The “Hand on the Shoulder” Principle

How often have you found yourself exasperated, declaring, “But I told you!” only to be met with the counterclaim, “You did not say!”? The clash of perspectives arises because, in reality, you did communicate clearly, but the other party failed to listen attentively. This common scenario leads to messages slipping through the cracks, causing frustration on both ends.

Allow me to share an anecdote from my early 2000s stint as a producer in a high-pressure newsroom. In the news system’s relentless schedule, every minute counts, and a half-hour newscast demands precision. Articles are often edited up to the last minute, arriving just moments before or even during the broadcast. In this chaotic environment, an oversight can disrupt the entire transmission.

One day, I observed an article failing to make it to air because the assistant director, crucial for announcing the next segment, didn’t hear the news of its arrival. The reason? The assistant director was deeply focused on his role and missed the reporter’s announcement as they entered the control room.

Enter the “hand on the shoulder procedure.” This ingenious solution aimed to ensure that messages were not just sent but received. The editorial staff adopted a simple rule: when an article arrived during a broadcast, they would place a hand on the assistant director’s shoulder to confirm awareness. The outcome? A substantial reduction in missed broadcasts and a smoothly running transmission.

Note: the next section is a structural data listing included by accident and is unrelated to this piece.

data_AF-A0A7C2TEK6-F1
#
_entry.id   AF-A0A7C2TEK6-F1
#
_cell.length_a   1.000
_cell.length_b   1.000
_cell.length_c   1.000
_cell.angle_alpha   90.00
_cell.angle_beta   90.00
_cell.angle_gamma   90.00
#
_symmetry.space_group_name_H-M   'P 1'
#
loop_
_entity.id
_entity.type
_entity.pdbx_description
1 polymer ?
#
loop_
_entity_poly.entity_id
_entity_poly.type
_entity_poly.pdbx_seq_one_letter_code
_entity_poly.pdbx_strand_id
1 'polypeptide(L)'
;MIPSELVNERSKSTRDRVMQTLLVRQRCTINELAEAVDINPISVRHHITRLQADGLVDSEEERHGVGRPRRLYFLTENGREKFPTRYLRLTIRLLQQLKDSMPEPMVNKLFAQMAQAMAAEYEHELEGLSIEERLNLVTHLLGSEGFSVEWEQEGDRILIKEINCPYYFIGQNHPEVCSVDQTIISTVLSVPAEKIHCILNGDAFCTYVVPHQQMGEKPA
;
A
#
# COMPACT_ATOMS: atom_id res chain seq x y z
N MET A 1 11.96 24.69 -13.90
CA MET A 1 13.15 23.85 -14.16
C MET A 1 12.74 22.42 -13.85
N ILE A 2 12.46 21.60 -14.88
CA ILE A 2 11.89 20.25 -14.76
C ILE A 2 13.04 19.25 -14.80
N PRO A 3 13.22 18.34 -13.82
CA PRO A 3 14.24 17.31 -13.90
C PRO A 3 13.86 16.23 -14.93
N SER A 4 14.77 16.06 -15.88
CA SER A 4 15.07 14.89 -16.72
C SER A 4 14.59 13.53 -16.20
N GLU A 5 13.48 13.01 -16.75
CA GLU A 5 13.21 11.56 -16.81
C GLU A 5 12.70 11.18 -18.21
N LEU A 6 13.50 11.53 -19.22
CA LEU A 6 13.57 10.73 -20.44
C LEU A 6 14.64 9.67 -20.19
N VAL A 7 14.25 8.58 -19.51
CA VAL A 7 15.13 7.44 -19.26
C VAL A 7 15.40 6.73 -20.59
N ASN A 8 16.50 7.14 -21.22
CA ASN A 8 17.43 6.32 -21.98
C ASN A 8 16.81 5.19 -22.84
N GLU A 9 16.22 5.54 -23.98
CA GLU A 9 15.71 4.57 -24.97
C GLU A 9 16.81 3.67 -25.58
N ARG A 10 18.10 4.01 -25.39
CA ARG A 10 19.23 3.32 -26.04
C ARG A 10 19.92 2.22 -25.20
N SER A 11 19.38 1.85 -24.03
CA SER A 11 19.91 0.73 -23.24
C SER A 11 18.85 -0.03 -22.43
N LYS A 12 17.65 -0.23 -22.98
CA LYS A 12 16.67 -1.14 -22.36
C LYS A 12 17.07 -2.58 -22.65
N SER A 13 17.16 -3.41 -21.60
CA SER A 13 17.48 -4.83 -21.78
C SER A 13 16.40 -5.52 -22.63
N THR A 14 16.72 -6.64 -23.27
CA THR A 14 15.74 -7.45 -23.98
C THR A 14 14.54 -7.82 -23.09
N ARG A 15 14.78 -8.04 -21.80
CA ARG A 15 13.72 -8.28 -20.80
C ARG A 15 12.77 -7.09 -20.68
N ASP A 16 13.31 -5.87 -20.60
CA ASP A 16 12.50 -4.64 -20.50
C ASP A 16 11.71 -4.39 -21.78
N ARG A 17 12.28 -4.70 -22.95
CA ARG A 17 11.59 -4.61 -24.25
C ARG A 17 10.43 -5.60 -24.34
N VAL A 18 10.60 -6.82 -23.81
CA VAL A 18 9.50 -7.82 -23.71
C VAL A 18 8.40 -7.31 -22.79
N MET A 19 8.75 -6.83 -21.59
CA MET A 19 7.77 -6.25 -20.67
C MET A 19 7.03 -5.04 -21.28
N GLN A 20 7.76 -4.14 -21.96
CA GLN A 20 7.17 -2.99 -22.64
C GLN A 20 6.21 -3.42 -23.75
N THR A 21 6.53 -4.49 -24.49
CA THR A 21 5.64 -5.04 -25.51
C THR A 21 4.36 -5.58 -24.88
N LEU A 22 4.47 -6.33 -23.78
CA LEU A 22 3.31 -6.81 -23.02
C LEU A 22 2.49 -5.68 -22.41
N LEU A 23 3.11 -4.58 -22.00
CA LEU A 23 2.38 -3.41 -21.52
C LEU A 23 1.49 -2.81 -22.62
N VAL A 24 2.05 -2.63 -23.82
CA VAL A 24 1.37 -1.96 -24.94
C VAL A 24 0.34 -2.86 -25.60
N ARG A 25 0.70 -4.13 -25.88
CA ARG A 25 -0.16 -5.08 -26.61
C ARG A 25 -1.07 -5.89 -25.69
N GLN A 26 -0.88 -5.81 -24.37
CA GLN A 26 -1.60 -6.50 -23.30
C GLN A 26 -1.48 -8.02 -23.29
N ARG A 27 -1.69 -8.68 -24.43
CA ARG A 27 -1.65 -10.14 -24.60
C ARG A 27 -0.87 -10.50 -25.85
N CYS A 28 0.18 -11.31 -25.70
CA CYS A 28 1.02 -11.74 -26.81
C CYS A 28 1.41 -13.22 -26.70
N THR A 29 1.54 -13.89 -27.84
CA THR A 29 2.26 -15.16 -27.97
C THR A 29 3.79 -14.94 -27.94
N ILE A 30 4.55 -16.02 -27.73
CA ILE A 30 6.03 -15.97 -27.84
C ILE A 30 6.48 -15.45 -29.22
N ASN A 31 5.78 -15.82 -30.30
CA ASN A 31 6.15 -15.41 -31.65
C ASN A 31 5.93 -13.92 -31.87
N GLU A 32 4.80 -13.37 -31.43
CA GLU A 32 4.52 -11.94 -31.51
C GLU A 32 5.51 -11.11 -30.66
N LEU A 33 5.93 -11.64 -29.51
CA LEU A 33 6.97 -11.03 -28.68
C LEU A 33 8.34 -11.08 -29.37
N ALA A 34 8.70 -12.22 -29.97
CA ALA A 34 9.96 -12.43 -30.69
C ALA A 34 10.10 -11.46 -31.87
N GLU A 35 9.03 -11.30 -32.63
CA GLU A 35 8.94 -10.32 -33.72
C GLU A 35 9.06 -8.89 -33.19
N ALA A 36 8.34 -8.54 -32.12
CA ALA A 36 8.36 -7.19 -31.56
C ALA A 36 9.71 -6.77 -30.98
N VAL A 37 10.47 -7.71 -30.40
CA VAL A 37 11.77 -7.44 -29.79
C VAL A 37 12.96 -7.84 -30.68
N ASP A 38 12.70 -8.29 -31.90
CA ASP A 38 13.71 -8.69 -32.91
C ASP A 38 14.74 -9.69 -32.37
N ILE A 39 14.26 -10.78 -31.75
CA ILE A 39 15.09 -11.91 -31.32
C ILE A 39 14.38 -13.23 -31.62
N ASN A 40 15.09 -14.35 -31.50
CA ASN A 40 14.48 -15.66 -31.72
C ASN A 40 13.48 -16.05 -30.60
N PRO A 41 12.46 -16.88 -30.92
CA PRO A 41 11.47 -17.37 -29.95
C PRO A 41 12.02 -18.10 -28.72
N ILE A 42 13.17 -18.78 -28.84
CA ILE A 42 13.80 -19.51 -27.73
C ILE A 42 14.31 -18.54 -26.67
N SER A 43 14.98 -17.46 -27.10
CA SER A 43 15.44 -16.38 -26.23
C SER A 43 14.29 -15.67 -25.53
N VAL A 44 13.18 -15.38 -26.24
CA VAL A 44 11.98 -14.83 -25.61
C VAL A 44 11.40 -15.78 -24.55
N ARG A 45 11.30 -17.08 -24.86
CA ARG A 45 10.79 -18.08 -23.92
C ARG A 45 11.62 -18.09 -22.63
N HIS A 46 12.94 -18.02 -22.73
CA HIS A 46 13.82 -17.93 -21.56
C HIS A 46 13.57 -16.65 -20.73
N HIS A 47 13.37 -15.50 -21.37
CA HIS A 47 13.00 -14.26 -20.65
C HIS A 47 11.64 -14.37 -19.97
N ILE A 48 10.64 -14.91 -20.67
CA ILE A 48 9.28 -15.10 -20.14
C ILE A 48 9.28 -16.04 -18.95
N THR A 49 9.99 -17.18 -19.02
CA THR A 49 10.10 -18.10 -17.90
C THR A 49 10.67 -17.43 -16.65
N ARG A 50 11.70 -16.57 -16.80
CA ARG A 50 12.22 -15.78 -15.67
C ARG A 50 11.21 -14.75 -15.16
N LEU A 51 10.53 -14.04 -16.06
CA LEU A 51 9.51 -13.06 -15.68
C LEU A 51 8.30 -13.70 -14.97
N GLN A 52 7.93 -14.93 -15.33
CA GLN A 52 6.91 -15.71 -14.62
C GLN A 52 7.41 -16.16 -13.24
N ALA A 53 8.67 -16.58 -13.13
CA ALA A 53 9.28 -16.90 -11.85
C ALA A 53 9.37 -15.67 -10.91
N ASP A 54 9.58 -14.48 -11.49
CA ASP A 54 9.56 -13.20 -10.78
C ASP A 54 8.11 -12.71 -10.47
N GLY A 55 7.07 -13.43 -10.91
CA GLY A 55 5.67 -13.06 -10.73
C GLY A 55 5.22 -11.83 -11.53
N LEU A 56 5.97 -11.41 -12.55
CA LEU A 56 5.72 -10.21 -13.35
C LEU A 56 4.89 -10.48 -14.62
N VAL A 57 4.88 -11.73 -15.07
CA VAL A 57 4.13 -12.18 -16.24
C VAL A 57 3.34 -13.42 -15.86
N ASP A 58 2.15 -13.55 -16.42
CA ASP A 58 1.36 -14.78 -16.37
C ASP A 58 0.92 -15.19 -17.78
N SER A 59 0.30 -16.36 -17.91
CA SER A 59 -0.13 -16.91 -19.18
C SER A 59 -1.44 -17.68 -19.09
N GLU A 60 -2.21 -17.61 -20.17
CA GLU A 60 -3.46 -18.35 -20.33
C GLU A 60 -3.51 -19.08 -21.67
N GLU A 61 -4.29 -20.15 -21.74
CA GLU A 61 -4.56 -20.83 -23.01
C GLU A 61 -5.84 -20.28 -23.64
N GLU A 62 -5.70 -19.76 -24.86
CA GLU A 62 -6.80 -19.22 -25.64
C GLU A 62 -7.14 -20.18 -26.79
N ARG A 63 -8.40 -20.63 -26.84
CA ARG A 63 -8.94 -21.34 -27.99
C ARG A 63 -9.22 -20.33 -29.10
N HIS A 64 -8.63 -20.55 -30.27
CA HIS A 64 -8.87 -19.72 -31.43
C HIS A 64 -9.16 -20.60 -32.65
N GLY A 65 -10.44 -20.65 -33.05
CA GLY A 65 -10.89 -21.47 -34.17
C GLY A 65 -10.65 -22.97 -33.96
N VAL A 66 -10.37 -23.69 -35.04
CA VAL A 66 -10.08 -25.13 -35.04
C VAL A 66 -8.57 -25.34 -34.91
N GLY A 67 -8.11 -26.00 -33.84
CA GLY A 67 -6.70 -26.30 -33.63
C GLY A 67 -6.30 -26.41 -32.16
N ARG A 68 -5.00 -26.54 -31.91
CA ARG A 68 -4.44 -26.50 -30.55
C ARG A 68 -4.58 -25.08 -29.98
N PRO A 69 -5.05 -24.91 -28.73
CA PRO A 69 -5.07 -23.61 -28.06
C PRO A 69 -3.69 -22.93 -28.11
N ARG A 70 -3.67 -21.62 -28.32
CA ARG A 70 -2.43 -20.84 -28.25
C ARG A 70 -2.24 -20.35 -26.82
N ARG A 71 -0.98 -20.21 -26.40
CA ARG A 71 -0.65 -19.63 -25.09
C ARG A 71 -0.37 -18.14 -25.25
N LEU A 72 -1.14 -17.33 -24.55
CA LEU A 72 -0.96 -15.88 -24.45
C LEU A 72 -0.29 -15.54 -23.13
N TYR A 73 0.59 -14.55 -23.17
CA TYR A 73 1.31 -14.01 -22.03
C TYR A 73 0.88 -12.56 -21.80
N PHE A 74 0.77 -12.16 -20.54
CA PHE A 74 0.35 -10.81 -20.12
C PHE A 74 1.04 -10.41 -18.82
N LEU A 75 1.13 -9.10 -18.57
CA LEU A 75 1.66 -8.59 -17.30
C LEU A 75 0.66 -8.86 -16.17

The “hand on the shoulder” principle, a simple act of verifying message absorption, transcends the newsroom and can be applied universally. At home, it becomes a tactic to gain a child’s attention amidst games or screens. In professional realms, especially in an era of heightened sensitivity like Me Too, this principle becomes a nuanced yet effective strategy for achieving your goals.

In essence, when conveying a message, it’s imperative to ensure the other party is receptive. It’s about creating a moment of connection—physically or conceptually. Only then can you confidently declare the message received.

Note: This article was expertly refined by Tamar Warshawsky Merkin, a project manager at the Ministry of Health digital office, currently benefiting from Agile-Spirit’s mentoring for enhanced performance and employee satisfaction.



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